Living without gluten, casein, soy, eggs and peanuts. Living with ASD and ADHD. Life is good!

Monday, March 23, 2009

GFCF Multi-Grain, Multi-Seed Bread

So, I have been without my bread machine for the past several days. My Breadman Pro has been a workhorse, baking bread faithfully at least once a week for over a year. But the pan and the kneading paddle became scratched and the teflon was peeling off. That's scary - the girls don't need to ingest teflon with their cashew butter and jam sandwiches! So I ordered a new machine (my only practical option, since Salton does not sell replacement parts!). While waiting for it to arrive, I bought some brown rice bread at Whole Foods - the packaged kind, by Ener-G. It was expensive, dry and tasteless.* The girls would have none of it at all. There was now no excuse for me not to make bread in the oven, which I have avoided since baking gluten free, I guess because on some level I didn't trust myself to get it right.

So instead of using one of my recipes for the bread machine, I thought while I was at it, it'd be fun to try something new. I found a really great looking recipe for Multi-Grain Bread (which reminds me of a peasant bread I used to make) at Gluten Free Goddess, so I printed the recipe and went to work. I modified it a bit, adding another egg and cutting back on the yeast, cutting down on the liquid (using water instead of rice milk) and adding flax and poppy seeds along with the sesame seeds right into the batter (the girls will not suffer adorned bread). I even decided to forgo using the Kitchen Aid and made it all by hand, which was really very nice! I miss making bread by hand and it was cathartic to use my hands again instead of relying on fancy kitchen gadgets. Not only did my bread end up looking beautiful, it tastes excellent! I had so much fun, and the bread came out so fabulous, that even when the new bread machine gets here I will continue to make this bread by hand.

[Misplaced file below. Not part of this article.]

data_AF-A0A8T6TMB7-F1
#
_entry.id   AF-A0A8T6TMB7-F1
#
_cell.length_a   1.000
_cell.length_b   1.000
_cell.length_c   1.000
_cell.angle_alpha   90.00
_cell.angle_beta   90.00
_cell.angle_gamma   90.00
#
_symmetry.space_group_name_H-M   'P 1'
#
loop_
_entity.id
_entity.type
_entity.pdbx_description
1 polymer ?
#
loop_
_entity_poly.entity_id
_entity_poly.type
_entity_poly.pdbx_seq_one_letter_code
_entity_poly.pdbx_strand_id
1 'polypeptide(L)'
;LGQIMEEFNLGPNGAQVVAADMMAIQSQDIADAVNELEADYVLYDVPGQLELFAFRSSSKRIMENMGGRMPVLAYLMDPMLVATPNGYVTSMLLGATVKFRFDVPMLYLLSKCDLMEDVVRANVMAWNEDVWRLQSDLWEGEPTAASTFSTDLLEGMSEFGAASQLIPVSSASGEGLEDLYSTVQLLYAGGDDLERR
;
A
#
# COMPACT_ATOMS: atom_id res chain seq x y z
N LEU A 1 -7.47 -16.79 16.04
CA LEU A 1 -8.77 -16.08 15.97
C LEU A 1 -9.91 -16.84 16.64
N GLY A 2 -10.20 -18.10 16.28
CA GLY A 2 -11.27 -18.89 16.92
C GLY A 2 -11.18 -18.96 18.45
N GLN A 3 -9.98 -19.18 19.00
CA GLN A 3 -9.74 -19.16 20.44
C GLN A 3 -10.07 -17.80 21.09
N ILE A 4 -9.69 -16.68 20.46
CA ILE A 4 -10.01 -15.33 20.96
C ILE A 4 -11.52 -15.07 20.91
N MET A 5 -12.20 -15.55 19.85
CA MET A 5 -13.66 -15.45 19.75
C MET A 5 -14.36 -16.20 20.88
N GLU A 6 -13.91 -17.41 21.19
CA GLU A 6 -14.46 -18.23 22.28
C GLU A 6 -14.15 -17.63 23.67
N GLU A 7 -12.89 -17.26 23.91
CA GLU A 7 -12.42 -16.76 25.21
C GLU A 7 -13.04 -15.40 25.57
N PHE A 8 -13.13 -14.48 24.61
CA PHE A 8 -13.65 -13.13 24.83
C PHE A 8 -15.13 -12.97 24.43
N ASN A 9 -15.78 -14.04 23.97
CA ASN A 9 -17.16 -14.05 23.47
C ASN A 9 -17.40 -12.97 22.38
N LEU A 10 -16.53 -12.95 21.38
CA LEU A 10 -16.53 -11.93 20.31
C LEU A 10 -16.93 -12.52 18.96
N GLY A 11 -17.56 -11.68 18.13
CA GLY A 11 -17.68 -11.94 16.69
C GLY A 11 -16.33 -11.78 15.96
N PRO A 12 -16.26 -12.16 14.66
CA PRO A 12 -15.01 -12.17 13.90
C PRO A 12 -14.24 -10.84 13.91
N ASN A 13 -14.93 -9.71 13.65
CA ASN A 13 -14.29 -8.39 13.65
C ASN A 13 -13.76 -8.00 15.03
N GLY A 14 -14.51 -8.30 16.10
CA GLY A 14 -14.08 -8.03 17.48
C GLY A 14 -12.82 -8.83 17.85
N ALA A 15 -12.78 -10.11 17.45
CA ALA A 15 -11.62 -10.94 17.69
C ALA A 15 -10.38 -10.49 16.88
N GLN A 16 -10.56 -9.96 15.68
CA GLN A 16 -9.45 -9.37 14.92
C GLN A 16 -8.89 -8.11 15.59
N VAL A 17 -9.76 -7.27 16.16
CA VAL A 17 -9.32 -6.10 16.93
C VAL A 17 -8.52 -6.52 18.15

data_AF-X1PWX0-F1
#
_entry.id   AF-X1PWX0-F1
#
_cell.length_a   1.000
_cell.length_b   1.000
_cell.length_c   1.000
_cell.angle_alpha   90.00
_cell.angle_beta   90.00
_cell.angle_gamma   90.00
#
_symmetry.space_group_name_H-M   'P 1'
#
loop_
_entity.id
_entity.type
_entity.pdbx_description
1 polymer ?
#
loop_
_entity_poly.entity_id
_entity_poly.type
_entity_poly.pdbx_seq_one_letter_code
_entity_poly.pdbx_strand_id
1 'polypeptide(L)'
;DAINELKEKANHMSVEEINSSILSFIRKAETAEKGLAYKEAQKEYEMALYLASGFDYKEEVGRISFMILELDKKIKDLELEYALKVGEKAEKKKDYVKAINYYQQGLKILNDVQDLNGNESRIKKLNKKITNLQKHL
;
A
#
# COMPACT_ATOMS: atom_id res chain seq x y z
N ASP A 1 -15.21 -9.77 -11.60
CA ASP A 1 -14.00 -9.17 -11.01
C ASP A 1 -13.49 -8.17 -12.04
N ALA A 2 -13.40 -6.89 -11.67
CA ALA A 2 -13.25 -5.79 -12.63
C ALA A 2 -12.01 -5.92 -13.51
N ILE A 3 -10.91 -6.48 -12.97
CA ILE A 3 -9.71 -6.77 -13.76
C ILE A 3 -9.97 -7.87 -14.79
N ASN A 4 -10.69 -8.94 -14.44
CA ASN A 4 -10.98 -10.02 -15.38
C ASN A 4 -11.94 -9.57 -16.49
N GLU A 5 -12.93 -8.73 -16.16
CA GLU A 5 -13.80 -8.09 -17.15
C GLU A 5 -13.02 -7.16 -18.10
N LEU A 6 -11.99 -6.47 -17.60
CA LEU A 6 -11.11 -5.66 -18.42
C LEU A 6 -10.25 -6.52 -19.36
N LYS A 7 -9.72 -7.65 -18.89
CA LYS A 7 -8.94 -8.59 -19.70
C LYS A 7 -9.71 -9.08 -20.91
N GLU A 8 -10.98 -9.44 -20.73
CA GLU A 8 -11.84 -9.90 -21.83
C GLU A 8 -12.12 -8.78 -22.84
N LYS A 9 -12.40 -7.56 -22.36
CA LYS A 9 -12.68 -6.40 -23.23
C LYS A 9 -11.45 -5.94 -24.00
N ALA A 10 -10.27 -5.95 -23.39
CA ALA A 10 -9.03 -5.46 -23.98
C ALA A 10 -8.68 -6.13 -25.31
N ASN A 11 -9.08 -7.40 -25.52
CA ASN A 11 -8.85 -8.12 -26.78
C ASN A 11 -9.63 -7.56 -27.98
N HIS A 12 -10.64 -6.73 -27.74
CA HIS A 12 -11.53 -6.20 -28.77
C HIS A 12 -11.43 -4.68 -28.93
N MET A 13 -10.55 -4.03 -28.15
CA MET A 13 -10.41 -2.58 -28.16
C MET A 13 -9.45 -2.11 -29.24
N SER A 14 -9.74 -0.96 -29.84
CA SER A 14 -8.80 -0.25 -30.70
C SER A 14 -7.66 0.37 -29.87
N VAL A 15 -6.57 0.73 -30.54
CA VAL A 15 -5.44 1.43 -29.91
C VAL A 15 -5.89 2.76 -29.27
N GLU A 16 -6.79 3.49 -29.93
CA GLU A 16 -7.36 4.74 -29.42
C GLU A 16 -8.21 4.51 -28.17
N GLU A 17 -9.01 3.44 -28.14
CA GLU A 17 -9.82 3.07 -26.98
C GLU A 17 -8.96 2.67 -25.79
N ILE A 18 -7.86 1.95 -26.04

2/3 cup sorghum flour
1/3 cup cornmeal
1/2 cup millet flour
1 cup potato starch
2 tbsp. flax seed meal
2 tbsp. sesame seeds
2 tsp. poppy seeds
2 tsp. xanthan gum
1 tsp. salt

2 tsp. rapid rise yeast
1/2 tsp. sugar
1 cup warm water

2 beaten eggs
3 tbsp. olive oil
2 tbsp. honey
1 tsp. apple cider vinegar

Sift together the sorghum flour through the salt, set aside.

Whisk together the warm water, yeast and sugar; set aside. Allow to proof for about 5 minutes, until foamy.

Whisk together the eggs, olive oil, honey and vinegar. Add the proofed yeast and whisk gently to combine. Add the flour all at once and beat with a large spoon until the flour is incorporated, scraping down the sides as necessary. Then beat until smooth - by hand this took me a couple of minutes, just long enough for my arm to hurt. The batter should be thick but not stiff.

Grease a loaf pan. Pour the batter into the pan, spreading evenly and shaping to a slight rise in the center. Cover with plastic wrap and let rise in a warm place for about an hour, or until the top of the bread is about an inch above the pan.

Remove the plastic wrap carefully. Bake the loaf at 375 degrees for about 20 minutes, or until the top is golden brown. Cover the top of the bread with tin foil to prevent over-browning and continue baking another 10 - 15 minutes, or until the loaf sounds hollow when tapped. Turn the loaf out of the pan and let cool on a wire rack before slicing with a sharp bread knife.

I must take a moment to say a profound and heartfelt thank you to all the gluten free bakers who have worked hard to find alternative flours, making gluten-free healthy, tasty and fabulous! If I had to do this gluten free thing 20 years ago with only rice flour and cornstarch, I would have given up and cried!


Mandi said...

Erin - where do you buy all these flours? I've seen sorghum, but I've never seen millet flour, and I don't know if I've seen potato starch. I haven't done a lot of GF baking yet, so I haven't really been looking, but I'm wondering if you can just give me a heads up where to look. Thanks!

Erin said...

Hi Mandi,

I usually buy all my flours at Whole Foods. They can be scattered in the baking/gluten free aisle. Some are with the white and wheat flours, some are in the gluten free section. Arrowhead Mills makes millet flour, I also get their buckwheat. Bob's Red Mill makes the rest of the flours that I buy. Someone at Whole Foods will be happy to help you track the flours down if you ask. They will also special order stuff for you if you ask!

You can order gluten free flours from Amazon in bulk, which I have not done because I can't find anyone to go in on it with me! I'd love to find a co-op but so far have not had luck with that.

Let me know if you have any more questions!